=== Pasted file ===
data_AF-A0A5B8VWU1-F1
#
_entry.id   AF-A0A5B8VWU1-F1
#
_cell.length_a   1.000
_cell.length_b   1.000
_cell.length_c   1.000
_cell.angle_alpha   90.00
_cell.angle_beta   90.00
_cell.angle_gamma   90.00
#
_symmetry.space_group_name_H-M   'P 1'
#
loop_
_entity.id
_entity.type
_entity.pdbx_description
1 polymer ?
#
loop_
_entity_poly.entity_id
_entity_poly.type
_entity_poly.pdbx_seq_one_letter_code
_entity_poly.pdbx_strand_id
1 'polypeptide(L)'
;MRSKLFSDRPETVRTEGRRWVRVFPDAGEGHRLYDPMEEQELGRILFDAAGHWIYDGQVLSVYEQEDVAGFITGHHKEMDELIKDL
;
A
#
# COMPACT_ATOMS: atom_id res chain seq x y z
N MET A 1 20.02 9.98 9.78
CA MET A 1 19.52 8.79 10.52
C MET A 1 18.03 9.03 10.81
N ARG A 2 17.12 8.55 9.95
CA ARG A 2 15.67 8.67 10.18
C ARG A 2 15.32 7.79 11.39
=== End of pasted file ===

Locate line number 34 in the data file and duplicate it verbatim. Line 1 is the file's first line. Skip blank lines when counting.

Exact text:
N ARG A 2 17.12 8.55 9.95